Risk factors for male breast cancer other than family history include Klinefelter syndrome, androgen deficiency (undescended testes, orchitis, testicular trauma or torsion), cirrhosis, and chronic alcoholism. Some of the risk factors for male breast cancer involve chronic elevation of the ratio of estrogen to androgen, which is interestingly the same hormonal imbalance that underlies the development of gynecomastia. Although it has been difficult to establish gynecomastia as a risk factor for breast cancer, the two often occur together; this is not surprising given the overlapping risk factors and high prevalence of gynecomastia. In one study, 22 out of 55 (40%) male breast cancers occurred in patients with gynecomastia.

Most male breast cancers arise from ducts in the subareolar region, and the most common clinical presentation is a palpable mass that is eccentric but near the nipple. Palpable axillary adenopathy is common at the time of presentation. However, axillary adenopathy is rarely the sole presenting finding. Nipple discharge is an uncommon presentation.

The large majority of male breast cancers are infiltrating ductal carcinomas, not otherwise specified. Ductal carcinoma in situ (DCIS) may also occur, usually in association with IDC. Pure DCIS is uncommon. Other subtypes of ductal carcinoma are much less common; however, all subtypes that occur in women have also been reported in men. Infiltrating lobular carcinoma is rare. In a large series, 93.7% of male breast tumors were either ductal or unclassified carcinomas, 2.6% were papillary carcinomas, and only 1.5% were lobular carcinomas ( Box 16-2 ).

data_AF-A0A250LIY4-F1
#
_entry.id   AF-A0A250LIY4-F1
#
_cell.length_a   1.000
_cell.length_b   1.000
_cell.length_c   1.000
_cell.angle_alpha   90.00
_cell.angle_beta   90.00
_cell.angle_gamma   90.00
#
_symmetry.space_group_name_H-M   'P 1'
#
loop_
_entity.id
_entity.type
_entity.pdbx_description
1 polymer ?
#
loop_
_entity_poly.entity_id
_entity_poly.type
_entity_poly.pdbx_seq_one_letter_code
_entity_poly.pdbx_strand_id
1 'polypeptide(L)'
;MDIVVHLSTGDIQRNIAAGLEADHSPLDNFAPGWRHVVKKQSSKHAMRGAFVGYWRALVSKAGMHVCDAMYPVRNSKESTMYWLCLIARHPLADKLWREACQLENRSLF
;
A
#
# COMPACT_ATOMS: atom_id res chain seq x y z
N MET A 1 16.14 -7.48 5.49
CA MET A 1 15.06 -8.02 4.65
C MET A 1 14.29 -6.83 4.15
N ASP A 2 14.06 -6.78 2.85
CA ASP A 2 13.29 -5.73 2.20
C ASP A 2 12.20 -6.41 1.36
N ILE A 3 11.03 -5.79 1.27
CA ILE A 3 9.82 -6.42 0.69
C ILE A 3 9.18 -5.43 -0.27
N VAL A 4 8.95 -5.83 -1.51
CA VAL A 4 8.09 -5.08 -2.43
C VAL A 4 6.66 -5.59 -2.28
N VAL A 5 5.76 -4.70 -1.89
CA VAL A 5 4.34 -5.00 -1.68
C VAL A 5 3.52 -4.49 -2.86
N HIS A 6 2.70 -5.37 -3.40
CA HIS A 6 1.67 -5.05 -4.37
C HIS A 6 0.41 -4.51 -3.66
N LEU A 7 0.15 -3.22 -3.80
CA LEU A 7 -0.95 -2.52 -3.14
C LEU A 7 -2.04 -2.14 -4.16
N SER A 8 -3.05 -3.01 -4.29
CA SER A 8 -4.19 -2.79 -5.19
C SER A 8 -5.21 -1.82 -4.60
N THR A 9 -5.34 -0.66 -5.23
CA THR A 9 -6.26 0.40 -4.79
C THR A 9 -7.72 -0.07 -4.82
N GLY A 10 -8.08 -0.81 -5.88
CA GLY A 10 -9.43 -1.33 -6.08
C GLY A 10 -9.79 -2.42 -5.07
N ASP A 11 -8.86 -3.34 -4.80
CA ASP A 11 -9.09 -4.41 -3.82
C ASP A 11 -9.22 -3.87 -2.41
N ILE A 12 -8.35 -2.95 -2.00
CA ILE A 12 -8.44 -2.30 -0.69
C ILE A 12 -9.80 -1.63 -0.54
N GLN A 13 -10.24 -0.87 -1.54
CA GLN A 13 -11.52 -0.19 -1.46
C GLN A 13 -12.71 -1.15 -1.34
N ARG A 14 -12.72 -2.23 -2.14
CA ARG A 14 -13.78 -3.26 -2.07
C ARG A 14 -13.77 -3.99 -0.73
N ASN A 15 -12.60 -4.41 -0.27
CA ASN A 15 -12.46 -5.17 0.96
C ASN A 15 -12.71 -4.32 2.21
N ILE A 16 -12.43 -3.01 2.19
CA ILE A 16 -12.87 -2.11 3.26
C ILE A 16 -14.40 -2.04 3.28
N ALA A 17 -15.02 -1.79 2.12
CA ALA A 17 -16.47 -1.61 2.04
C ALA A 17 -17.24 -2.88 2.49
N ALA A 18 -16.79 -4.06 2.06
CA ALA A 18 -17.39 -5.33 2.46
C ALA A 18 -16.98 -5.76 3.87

Box 16-2

Do Men Need Screening Mammograms?

  • In the United States, the screening threshold is set as the risk of breast cancer equal to or greater than that of a 40-year-old woman, which is 120/100,000 per year. To screen any other population with mammography, the risk should be equal to or greater than this risk level.

  • Overall, the risk of breast cancer for men is 1.2/100,000, which is well below the threshold for screening in the United States.

  • Men who are known or suspected BRCA carriers may benefit from screening mammography. These men are at substantially increased risk compared with the general male population. Their risk approaches that of women in their 40s.

  • Of male patients with gynecomastia, only those with Klinefelter syndrome approach the screening range. Screening of these men remains controversial. Men with gynecomastia due to gender reassignment with hormone therapy are not at high risk for breast cancer. Routine screening mammography is not indicated.

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Aug 25, 2019 | Posted by in BREAST IMAGING | Comments Off on The Male Breast